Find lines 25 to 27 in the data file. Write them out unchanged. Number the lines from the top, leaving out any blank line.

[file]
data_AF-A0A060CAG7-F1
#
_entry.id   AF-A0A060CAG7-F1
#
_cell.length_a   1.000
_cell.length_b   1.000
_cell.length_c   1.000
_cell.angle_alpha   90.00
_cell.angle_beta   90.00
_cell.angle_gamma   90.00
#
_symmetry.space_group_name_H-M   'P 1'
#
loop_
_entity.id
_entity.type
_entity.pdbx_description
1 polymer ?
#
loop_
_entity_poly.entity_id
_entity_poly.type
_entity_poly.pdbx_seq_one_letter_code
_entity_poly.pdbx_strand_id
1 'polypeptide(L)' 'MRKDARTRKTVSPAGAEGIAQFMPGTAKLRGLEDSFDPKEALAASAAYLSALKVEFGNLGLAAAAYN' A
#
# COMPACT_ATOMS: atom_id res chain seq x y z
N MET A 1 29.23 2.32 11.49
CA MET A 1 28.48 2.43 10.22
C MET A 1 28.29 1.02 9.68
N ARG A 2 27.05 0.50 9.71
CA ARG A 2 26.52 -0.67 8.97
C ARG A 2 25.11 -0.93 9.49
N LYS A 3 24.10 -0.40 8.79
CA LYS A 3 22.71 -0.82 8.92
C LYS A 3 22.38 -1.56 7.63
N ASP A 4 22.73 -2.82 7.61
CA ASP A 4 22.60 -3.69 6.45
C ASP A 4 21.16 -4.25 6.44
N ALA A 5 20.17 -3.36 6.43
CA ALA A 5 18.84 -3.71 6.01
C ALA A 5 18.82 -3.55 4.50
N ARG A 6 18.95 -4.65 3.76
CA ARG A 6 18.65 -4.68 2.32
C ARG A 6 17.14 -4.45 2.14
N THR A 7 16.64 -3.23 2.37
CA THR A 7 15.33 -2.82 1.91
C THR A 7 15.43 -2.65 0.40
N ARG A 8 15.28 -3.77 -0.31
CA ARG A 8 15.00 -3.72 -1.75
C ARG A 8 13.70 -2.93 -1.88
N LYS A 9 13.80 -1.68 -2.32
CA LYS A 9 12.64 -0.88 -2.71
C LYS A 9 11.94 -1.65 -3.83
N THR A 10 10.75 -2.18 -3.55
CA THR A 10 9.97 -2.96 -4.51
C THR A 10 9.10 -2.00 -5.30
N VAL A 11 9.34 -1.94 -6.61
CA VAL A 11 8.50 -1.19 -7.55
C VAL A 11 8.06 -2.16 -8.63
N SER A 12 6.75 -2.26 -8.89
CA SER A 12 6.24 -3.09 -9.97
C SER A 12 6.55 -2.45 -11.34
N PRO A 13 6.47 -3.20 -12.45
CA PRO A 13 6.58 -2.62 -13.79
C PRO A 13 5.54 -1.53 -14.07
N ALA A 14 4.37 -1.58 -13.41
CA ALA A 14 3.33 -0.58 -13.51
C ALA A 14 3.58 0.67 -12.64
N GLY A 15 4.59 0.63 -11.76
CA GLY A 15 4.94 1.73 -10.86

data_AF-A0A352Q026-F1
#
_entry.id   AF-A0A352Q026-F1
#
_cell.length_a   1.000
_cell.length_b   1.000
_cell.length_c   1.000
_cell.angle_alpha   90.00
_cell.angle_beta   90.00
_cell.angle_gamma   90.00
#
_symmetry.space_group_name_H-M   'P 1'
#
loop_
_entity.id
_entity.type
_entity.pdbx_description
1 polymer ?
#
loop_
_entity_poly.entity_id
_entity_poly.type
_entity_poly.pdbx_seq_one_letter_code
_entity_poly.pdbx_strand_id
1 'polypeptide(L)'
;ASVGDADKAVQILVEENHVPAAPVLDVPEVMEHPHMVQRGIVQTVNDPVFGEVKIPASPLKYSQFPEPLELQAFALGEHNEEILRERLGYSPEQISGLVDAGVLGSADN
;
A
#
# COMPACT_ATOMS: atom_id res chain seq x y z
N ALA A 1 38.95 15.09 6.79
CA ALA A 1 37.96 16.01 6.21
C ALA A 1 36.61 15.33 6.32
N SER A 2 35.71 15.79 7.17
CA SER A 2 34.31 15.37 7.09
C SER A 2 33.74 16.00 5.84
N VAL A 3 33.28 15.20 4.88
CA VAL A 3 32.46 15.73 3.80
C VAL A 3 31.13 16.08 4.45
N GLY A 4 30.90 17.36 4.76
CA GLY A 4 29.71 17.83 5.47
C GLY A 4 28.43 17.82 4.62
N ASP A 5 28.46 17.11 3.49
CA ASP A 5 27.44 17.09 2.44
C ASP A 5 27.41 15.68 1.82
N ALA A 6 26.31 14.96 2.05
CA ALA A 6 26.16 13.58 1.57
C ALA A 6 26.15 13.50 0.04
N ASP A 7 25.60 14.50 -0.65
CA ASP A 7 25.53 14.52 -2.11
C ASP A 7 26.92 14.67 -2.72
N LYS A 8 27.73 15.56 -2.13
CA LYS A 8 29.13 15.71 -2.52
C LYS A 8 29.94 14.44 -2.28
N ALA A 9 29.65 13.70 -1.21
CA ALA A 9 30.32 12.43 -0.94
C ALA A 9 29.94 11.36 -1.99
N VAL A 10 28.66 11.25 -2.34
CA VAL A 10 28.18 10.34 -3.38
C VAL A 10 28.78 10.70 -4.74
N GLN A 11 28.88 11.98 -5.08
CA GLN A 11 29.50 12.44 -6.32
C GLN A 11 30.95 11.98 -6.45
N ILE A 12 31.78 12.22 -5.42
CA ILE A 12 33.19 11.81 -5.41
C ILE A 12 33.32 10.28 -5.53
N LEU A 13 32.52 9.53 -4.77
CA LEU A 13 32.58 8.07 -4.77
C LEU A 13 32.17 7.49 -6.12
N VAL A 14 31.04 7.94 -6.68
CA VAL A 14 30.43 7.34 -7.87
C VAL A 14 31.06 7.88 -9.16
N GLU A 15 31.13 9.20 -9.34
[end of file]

1 'polypeptide(L)' 'MRKDARTRKTVSPAGAEGIAQFMPGTAKLRGLEDSFDPKEALAASAAYLSALKVEFGNLGLAAAAYN' A
#
# COMPACT_ATOMS: atom_id res chain seq x y z